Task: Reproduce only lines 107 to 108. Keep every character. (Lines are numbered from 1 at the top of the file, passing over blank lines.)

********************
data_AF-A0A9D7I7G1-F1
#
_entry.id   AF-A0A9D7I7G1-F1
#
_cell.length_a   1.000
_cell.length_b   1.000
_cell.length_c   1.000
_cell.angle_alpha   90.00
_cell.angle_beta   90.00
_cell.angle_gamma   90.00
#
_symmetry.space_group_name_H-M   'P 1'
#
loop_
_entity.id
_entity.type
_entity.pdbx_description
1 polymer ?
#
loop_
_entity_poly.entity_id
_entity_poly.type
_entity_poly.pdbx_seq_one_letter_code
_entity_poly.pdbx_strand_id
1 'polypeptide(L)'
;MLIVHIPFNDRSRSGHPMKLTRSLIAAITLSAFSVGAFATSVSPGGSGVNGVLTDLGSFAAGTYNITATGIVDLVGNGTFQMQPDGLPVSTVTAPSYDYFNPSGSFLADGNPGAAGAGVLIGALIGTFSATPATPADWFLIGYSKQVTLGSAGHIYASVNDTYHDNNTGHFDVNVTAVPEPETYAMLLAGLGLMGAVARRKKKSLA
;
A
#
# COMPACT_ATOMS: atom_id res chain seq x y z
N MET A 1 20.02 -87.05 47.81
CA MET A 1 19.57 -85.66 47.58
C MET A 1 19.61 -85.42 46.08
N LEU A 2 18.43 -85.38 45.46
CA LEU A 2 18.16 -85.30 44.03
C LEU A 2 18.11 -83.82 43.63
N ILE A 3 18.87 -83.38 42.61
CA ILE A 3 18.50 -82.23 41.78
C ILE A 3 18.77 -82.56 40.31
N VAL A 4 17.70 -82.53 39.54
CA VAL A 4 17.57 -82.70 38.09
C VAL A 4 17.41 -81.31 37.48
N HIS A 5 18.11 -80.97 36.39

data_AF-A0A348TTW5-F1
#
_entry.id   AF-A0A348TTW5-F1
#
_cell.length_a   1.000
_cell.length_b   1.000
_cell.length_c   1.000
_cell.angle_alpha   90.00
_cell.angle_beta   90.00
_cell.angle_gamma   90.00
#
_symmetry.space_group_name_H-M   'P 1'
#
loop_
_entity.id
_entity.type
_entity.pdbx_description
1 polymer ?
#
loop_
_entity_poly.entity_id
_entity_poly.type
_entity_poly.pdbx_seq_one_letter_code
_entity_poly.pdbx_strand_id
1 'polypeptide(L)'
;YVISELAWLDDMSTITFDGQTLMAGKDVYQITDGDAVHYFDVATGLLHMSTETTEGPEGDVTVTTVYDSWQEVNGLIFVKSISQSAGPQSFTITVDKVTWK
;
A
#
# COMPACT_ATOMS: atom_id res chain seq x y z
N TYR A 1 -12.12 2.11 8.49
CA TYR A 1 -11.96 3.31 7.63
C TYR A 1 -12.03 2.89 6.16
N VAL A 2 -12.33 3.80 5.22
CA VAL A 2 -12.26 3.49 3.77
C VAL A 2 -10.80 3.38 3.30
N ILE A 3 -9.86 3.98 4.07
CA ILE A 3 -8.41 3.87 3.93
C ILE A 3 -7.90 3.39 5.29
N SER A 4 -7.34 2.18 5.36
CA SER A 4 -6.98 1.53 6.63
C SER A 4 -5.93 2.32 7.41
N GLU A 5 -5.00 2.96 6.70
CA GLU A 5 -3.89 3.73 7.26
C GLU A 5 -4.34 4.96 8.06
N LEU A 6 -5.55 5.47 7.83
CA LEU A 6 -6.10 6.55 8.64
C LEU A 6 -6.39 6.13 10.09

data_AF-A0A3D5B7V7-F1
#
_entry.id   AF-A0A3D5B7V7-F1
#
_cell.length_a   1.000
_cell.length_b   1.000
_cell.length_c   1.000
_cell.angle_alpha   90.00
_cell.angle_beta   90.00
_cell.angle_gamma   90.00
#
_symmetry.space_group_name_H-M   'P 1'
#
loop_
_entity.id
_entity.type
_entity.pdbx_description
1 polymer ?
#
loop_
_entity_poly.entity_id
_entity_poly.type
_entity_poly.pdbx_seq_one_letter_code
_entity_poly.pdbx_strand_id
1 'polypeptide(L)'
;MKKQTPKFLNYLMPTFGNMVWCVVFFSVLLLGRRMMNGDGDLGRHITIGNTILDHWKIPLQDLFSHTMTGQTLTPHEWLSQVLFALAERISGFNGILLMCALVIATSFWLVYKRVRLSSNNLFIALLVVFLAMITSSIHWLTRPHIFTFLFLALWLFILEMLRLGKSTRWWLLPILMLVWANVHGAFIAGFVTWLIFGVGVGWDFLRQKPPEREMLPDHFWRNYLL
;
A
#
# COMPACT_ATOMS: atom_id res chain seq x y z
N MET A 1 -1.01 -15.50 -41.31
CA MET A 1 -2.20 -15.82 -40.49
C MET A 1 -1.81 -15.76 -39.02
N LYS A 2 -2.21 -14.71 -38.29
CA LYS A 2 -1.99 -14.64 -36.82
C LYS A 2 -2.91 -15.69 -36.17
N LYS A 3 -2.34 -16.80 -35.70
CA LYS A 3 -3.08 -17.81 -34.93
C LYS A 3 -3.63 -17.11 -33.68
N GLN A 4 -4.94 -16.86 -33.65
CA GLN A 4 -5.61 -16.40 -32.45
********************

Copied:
_entity.type
_entity.pdbx_description